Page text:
Ear infections are common in kids, but it can be jarring when you suddenly develop one as an adult. After all, they can be really uncomfortable, and it’s probably been a minute since you’ve had one.
But while ear infections are lumped into one group, there are actually different areas of your ear that can get infected and even a variety of causes that could be behind your earache. If you happen to develop an ear infection, don’t panic—there are a few things you can do to get relief.
First, what is an ear infection?
At a very basic level, an ear infection is an infection in some part of your ear. A middle ear infection is an infection of your middle ear (the air-filled space behind your eardrum), while an infection of your outer ear canal is usually called swimmer’s ear.
What causes ear infections?
It depends. An ear infection can be caused by bacteria or a virus. If you have a bacterial ear infection, it’s likely caused by Streptococcus pneumoniae or Haemophilus influenzae. If your ear infection is viral, it can be caused by the viruses that cause the common cold or flu. Meaning, you could develop an ear infection along with your cold or flu symptoms.
There’s also some research to suggest that SARS-CoV-2, the virus that causes COVID-19, can infect the ear as well, but it’s not well studied at the moment.
Keep in mind that it can be tough to figure out upfront what kind of ear infection you have. “We often do not know if an infection is due to a bacteria or virus unless specific cultures are taken,” says Dr Elliott Kozin, an otolaryngologist (ear, nose, and throat doctor).
What are the symptoms of an ear infection?
Ear infections usually aren’t comfortable, and Dr Kozin says they can cause a range of symptoms. Those include:
- Ear pain
- Ear drainage
- Hearing loss
- Feeling like your ear is full or underwater
- Ringing in your ear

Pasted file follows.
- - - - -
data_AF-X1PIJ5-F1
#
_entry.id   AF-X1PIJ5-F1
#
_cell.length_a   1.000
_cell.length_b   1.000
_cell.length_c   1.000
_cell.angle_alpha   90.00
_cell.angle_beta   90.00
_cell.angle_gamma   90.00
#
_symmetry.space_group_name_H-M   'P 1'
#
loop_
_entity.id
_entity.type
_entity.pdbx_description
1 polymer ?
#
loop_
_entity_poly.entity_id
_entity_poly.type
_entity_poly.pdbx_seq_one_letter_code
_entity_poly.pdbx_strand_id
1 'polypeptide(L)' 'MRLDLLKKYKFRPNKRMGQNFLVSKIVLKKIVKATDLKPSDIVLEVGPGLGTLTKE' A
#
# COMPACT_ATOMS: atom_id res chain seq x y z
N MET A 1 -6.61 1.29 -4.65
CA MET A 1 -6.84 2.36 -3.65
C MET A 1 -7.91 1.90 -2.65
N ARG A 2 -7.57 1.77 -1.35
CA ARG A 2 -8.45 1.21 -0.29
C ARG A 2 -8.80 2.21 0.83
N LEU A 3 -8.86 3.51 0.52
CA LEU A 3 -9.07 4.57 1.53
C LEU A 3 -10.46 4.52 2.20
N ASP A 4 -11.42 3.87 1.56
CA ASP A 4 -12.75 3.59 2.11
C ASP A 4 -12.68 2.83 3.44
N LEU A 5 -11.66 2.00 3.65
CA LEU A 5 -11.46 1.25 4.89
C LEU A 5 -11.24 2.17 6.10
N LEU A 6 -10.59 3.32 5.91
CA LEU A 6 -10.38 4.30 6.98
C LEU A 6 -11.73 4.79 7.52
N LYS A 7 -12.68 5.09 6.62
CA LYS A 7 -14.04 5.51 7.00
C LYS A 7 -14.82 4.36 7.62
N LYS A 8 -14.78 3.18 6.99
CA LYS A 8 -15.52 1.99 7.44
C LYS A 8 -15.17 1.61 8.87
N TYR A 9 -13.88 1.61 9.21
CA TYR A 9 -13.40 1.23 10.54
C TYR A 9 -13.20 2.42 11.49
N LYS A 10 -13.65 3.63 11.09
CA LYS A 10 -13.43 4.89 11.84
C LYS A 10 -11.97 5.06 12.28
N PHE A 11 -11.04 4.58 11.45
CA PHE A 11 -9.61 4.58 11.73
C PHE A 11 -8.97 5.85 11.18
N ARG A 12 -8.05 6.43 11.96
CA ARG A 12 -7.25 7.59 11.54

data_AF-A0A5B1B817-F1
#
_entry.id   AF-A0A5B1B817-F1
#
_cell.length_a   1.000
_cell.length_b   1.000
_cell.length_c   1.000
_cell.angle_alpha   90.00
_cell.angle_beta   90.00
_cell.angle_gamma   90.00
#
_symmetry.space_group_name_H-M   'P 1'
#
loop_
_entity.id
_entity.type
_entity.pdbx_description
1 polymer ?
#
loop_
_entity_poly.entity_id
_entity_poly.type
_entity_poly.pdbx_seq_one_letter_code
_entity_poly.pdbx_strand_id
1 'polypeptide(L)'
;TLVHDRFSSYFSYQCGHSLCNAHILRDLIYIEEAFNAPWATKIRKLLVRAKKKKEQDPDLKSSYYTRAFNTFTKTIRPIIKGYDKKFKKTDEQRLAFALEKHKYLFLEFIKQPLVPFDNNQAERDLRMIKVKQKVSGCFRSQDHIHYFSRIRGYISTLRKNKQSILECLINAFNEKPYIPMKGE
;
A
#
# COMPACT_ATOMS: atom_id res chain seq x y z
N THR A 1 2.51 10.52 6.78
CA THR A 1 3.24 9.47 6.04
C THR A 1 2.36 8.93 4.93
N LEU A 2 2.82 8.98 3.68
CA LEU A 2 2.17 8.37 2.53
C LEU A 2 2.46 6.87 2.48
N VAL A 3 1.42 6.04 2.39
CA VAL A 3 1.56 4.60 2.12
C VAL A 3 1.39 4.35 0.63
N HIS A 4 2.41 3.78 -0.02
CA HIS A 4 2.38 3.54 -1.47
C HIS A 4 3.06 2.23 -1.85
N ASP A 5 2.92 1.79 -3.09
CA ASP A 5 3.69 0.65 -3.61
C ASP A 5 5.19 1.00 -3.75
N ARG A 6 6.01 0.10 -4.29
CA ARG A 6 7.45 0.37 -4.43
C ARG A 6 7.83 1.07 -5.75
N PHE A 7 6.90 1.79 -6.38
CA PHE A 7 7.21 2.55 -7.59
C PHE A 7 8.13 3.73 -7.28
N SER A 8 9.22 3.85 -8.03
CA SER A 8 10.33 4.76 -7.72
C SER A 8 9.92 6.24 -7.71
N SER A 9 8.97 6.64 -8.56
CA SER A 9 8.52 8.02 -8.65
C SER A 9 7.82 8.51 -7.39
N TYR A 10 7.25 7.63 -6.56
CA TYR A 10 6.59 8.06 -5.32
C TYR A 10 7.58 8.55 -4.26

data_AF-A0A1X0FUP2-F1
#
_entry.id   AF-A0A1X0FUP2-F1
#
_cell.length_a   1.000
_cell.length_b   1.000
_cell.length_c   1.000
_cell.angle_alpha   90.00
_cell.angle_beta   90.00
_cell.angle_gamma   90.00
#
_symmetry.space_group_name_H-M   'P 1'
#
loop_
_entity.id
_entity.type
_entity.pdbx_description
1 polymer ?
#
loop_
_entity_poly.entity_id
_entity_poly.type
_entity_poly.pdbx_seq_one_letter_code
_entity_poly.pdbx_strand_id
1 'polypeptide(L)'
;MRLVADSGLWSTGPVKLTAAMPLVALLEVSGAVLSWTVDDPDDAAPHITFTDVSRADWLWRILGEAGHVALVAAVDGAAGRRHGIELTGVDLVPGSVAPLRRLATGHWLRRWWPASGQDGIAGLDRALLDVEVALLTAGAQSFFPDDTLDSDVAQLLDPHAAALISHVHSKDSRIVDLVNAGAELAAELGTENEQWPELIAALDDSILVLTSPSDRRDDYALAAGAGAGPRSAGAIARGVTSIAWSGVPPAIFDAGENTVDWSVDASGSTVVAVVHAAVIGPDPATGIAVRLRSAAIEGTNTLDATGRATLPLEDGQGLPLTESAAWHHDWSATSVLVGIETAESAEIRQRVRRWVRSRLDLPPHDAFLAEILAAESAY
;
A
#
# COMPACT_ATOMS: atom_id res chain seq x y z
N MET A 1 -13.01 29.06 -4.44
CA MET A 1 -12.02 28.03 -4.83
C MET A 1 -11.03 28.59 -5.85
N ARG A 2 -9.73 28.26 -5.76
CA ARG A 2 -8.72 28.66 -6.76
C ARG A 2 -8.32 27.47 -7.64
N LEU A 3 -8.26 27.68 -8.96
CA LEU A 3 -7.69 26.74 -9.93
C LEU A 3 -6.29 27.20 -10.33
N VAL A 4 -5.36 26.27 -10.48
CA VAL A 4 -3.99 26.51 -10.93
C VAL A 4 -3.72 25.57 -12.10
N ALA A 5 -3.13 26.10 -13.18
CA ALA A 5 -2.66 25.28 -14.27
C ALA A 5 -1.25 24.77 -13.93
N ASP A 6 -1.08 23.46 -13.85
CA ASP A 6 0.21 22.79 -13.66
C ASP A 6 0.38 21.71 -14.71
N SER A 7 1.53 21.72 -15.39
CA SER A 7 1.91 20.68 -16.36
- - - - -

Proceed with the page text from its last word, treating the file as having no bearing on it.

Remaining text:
How are ear infections diagnosed?
Your doctor will usually want to inspect your ears to make a proper diagnosis. That includes using a tool called a pneumatic otoscope, which allows your doctor to look at your ear and see if there’s fluid behind your eardrum. When your doctor uses this, they gently puff air against your eardrum. If your ear is healthy, it should move; if it’s filled with fluid, your doctor will see little to no movement.
How can you treat an ear infection at home?
There are a few things you can try to get relief from your pain:
- Use OTC pain medication. Paracetamol can help with the pain, Dr Kozin says.
- Get rest. Rest allows your body’s immune system energy to do its job and try to help you heal, says Dr Arashdeep Litt, an internal medicine specialist.
- Drink plenty of liquids. “Drinking a lot of water can help thin the secretions in your ear rather than keeping them thick,” says Dr Omid Mehdizadeh, an otolaryngologist and laryngologist. “That will help drain mucus in your ear.”
- Lie down with the affected ear up. This can help any excess fluid that’s behind your eardrum drain through your Eustachian tubes and down your throat, Dr Mehdizadeh says.
- Use a warm compress. While this won’t necessarily help with drainage, it may lessen your pain, Dr Mehdizadeh says.
It can be tempting to use a cotton swab to see if that will help you get relief, but Dr Kozin recommends against doing this. “One should never put anything in the ear if concerned for an ear infection, such as a cotton tip, as manipulation of the ear can make the infection worse,” he warns.
When should you see a doctor for an ear infection?
You don’t want to sit with ear pain for long. If you’ve tried at-home remedies, you’re not getting relief, or your symptoms have gotten worse, Dr Kozin says it’s time to talk to your doctor immediately. You’ll also definitely want to see someone if you have drainage from your ear, hearing loss, ringing in your ears, or dizziness, he says.
What other treatment options are available?
Depending on your symptoms and how severe your ear pain is, your doctor may recommend a wait and see approach. Your body’s immune system can usually fight off middle ear infections on its own, and you may not need to take anything. It also depends on the cause of your infection, Dr Litt says. “Viruses don’t get better with antibiotics,” she points out.
But, if you have a more severe ear infection or your pain has lasted longer than two to three days, your doctor may recommend that you are treated with antibiotics to get relief. “Ear infections are typically treated by antibiotics based on the location,” Dr Kozin says. “If the infection is located in the outer part of the ear—the ear canal—topical antibiotics drops may be used. If the ear infection is behind the eardrum, oral antibiotics are generally used.”